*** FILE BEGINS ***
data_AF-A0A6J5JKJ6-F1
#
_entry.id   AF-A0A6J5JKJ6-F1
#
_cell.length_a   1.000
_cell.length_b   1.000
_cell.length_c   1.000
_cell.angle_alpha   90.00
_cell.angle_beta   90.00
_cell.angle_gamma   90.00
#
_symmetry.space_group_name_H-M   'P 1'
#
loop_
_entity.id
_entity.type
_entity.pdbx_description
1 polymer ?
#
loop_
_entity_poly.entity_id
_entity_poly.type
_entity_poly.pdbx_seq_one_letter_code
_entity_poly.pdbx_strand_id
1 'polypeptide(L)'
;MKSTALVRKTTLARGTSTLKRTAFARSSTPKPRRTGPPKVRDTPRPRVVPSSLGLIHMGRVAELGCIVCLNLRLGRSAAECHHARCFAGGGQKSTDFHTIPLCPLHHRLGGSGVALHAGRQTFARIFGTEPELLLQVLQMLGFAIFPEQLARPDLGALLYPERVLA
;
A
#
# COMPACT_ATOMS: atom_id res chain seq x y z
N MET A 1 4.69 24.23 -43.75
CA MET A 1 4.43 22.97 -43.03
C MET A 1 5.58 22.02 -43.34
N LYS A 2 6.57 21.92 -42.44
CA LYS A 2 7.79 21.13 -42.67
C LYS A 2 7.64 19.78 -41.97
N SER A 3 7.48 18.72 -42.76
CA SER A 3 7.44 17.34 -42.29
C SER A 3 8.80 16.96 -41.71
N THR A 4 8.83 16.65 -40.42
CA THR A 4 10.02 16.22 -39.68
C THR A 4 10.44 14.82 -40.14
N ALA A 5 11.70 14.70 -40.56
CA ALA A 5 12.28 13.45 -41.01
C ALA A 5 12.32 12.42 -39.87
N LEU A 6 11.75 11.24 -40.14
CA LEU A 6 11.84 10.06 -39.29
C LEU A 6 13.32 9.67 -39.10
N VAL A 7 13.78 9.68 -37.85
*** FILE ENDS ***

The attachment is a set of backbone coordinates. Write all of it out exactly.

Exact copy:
data_AF-A0A6J5JKJ6-F1
#
_entry.id   AF-A0A6J5JKJ6-F1
#
_cell.length_a   1.000
_cell.length_b   1.000
_cell.length_c   1.000
_cell.angle_alpha   90.00
_cell.angle_beta   90.00
_cell.angle_gamma   90.00
#
_symmetry.space_group_name_H-M   'P 1'
#
loop_
_entity.id
_entity.type
_entity.pdbx_description
1 polymer ?
#
loop_
_entity_poly.entity_id
_entity_poly.type
_entity_poly.pdbx_seq_one_letter_code
_entity_poly.pdbx_strand_id
1 'polypeptide(L)'
;MKSTALVRKTTLARGTSTLKRTAFARSSTPKPRRTGPPKVRDTPRPRVVPSSLGLIHMGRVAELGCIVCLNLRLGRSAAECHHARCFAGGGQKSTDFHTIPLCPLHHRLGGSGVALHAGRQTFARIFGTEPELLLQVLQMLGFAIFPEQLARPDLGALLYPERVLA
;
A
#
# COMPACT_ATOMS: atom_id res chain seq x y z
N MET A 1 4.69 24.23 -43.75
CA MET A 1 4.43 22.97 -43.03
C MET A 1 5.58 22.02 -43.34
N LYS A 2 6.57 21.92 -42.44
CA LYS A 2 7.79 21.13 -42.67
C LYS A 2 7.64 19.78 -41.97
N SER A 3 7.48 18.72 -42.76
CA SER A 3 7.44 17.34 -42.29
C SER A 3 8.80 16.96 -41.71
N THR A 4 8.83 16.65 -40.42
CA THR A 4 10.02 16.22 -39.68
C THR A 4 10.44 14.82 -40.14
N ALA A 5 11.70 14.70 -40.56
CA ALA A 5 12.28 13.45 -41.01
C ALA A 5 12.32 12.42 -39.87
N LEU A 6 11.75 11.24 -40.14
CA LEU A 6 11.84 10.06 -39.29
C LEU A 6 13.32 9.67 -39.10
N VAL A 7 13.78 9.68 -37.85